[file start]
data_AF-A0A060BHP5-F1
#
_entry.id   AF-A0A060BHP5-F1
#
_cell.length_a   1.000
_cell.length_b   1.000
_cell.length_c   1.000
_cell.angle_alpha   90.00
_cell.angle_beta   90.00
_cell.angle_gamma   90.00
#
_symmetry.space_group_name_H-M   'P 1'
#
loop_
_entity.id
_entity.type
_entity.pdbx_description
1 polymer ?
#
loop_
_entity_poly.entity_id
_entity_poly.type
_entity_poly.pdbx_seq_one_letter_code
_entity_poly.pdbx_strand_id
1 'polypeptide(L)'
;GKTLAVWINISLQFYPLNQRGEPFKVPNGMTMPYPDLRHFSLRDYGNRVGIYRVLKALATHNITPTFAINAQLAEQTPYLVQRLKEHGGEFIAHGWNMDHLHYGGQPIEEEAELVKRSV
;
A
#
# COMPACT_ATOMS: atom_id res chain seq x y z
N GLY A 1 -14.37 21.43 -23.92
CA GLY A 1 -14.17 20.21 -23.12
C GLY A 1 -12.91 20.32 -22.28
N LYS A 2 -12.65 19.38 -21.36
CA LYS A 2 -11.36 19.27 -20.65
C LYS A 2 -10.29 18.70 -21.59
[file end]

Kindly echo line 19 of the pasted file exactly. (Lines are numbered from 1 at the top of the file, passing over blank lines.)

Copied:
#